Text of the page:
The first ballot measure to introduce a tax on marijuana in the U.S. was passed in Oakland, California, on July 21, 2009. Since then, there have been 185 more measures related to marijuana taxes on ballots in California, most of which have proposed new taxes. Of the 185 total marijuana tax measures since 2009, 88 percent were approved.
California voters approved Proposition 215 to legalize medical marijuana in 1996. In 2016, voters approved Proposition 64, which legalized the possession, cultivation, and personal use of recreational marijuana. Proposition 64 also allowed for the sale and taxation of recreational marijuana in California, beginning on January 1, 2018.
In some cities and counties in California, measures proposing taxes on recreational marijuana were on ballots prior to the legal effective date of sales and taxation under Proposition 64. Many cities and counties, however, had measures proposing taxes on recreational marijuana on the ballot in 2018 following the effective date. There were 95 local marijuana tax measures on ballots across California in 2018, compared to 43 in 2016—a 220 percent increase. There were 16 marijuana tax measures on local California ballots in 2017; all but one were approved. From 2009 through 2015, there were 32 local marijuana tax measures in California.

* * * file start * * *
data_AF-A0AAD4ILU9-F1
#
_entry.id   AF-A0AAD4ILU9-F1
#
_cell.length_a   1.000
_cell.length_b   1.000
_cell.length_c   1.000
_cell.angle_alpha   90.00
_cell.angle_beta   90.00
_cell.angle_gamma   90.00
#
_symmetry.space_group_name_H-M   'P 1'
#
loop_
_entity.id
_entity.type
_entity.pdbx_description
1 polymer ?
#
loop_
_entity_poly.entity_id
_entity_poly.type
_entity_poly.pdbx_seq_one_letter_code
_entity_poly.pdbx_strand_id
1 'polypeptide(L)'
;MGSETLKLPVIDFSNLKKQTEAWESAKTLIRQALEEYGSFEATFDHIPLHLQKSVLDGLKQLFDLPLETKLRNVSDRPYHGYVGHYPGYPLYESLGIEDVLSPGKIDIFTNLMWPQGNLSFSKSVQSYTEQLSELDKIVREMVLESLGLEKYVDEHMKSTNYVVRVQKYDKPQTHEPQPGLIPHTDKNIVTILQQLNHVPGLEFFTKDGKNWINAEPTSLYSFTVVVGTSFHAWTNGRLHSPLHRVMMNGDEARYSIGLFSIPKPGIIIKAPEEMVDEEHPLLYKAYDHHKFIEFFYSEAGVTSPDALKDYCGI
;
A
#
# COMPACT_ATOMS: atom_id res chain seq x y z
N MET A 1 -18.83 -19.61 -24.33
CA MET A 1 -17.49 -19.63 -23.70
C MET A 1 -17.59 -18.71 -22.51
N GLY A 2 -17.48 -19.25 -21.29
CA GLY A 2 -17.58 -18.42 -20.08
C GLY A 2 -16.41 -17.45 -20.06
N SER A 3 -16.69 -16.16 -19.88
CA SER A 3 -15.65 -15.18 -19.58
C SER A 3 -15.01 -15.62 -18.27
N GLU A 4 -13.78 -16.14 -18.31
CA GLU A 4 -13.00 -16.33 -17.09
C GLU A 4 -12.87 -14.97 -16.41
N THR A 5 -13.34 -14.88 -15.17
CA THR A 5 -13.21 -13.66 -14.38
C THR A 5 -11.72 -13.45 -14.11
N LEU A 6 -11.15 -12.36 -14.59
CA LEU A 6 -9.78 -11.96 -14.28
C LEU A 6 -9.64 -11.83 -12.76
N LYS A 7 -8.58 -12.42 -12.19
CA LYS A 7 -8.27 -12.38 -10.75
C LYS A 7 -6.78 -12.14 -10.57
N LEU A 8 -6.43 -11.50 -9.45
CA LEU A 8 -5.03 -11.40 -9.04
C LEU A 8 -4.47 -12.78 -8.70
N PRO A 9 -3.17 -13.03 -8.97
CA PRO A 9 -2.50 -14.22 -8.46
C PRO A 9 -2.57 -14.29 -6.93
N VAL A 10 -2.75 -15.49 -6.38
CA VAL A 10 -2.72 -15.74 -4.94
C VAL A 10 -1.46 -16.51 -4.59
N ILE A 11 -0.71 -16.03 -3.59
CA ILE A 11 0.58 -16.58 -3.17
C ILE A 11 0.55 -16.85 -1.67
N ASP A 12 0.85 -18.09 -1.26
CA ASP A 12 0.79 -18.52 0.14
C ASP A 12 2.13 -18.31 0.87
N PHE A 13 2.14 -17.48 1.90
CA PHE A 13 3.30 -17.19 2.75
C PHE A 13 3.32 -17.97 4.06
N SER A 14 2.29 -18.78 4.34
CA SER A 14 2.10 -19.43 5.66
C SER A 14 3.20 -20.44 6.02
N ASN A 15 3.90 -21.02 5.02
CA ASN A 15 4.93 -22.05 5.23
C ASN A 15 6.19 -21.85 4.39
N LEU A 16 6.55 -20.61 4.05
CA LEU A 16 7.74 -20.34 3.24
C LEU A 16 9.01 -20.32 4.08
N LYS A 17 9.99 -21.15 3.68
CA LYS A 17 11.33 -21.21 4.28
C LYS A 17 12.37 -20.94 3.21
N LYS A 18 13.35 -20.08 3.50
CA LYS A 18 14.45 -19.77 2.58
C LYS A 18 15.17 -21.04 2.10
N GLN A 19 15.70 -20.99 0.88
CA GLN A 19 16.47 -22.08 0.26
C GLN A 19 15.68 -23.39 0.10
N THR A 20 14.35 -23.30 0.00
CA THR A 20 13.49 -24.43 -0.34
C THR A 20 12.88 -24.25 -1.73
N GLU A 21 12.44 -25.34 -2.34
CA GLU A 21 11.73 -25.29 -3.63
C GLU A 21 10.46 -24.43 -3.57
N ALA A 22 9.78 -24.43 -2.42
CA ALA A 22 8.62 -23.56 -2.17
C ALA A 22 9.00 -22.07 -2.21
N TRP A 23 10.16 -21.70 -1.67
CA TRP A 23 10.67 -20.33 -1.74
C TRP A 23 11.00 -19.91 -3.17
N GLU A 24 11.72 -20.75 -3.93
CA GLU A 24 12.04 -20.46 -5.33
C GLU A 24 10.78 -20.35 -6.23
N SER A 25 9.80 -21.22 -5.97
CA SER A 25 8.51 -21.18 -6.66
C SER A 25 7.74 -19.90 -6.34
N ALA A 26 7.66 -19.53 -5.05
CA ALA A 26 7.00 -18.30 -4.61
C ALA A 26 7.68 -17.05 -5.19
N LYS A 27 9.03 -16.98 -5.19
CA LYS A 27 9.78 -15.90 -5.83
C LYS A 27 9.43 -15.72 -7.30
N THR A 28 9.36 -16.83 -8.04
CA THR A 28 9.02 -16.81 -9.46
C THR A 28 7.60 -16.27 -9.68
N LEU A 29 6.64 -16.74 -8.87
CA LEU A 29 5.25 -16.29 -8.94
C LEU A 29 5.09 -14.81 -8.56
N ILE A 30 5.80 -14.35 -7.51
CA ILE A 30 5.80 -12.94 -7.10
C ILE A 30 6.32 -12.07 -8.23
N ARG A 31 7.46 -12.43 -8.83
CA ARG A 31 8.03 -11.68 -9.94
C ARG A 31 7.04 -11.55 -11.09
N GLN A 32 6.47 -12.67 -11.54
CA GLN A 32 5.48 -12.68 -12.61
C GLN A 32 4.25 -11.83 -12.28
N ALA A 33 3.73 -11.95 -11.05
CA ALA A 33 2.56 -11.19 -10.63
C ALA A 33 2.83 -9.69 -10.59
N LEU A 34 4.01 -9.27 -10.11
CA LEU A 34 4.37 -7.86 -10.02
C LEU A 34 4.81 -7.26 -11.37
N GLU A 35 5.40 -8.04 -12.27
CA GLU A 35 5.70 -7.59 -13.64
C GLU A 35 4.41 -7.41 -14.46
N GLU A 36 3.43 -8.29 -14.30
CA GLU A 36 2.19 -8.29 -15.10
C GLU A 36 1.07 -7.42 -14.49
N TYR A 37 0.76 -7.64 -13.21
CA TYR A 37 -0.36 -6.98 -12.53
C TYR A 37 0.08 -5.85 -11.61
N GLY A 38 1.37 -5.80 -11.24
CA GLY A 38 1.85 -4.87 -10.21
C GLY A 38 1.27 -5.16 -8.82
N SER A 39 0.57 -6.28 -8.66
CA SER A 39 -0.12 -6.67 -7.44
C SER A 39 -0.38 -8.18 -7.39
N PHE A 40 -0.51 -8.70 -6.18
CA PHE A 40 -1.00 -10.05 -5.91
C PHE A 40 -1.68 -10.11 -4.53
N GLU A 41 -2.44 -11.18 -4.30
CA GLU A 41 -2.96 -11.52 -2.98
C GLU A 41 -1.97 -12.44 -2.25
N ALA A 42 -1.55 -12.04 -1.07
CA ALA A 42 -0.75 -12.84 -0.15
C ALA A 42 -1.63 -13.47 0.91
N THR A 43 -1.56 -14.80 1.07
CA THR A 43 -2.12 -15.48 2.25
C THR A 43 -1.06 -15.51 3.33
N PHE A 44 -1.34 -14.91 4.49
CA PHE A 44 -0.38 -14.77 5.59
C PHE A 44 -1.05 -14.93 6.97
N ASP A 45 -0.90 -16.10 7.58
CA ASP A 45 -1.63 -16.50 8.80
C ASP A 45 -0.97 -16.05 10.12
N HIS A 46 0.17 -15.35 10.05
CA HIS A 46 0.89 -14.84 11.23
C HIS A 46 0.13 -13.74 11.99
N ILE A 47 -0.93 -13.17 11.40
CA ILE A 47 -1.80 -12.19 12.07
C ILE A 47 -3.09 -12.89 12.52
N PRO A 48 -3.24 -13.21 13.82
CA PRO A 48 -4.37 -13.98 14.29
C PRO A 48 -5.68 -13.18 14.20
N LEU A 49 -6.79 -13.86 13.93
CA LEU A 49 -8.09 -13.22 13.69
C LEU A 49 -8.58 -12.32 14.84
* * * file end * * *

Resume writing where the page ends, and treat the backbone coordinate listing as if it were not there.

Of the 95 marijuana tax measures in 2018, 86 were approved, amounting to a 91 percent approval rate. The highest tax rate on marijuana businesses that was approved in 2018 was 15 percent of annual gross receipts. This tax rate was approved in Atwater, Calexico, Ceres, Chula Vista, Oakdale, Palm Desert, Patterson, Sonora, Suisun City, Tuolumne County, and Yolo County. Two measures were approved in 2016 that had higher tax rates—a 20 percent gross receipts tax in Santa Barbara County and an 18 percent gross receipts tax in Carson. Tax rates ranged from 0 percent to 15 percent of gross receipts and from $0 to $25 per square foot for manufacturing and cultivation. Some taxes were based on net profits rather than gross receipts. Others were calculated per ounce.
An estimated $2.5 billion was spent on the purchase of legal marijuana throughout the state in 2018, a figure that was down from 2017’s $3 billion, according to GreenEdge sales tracking. Proposition 64 authorized the state to levy a marijuana cultivation tax of $9.25 per ounce for flowers and $2.75 per ounce for leaves and a 15 percent excise tax on the retail price of marijuana. These statewide taxes are in addition to any local marijuana taxes. State marijuana tax revenues reached $60.9 million in the first quarter of 2018, $80.2 million in the second quarter, and $93.1 million in the third quarter. Total marijuana tax revenues were lower than the $630 million predicted for 2018 by former Gov. Jerry Brown (D).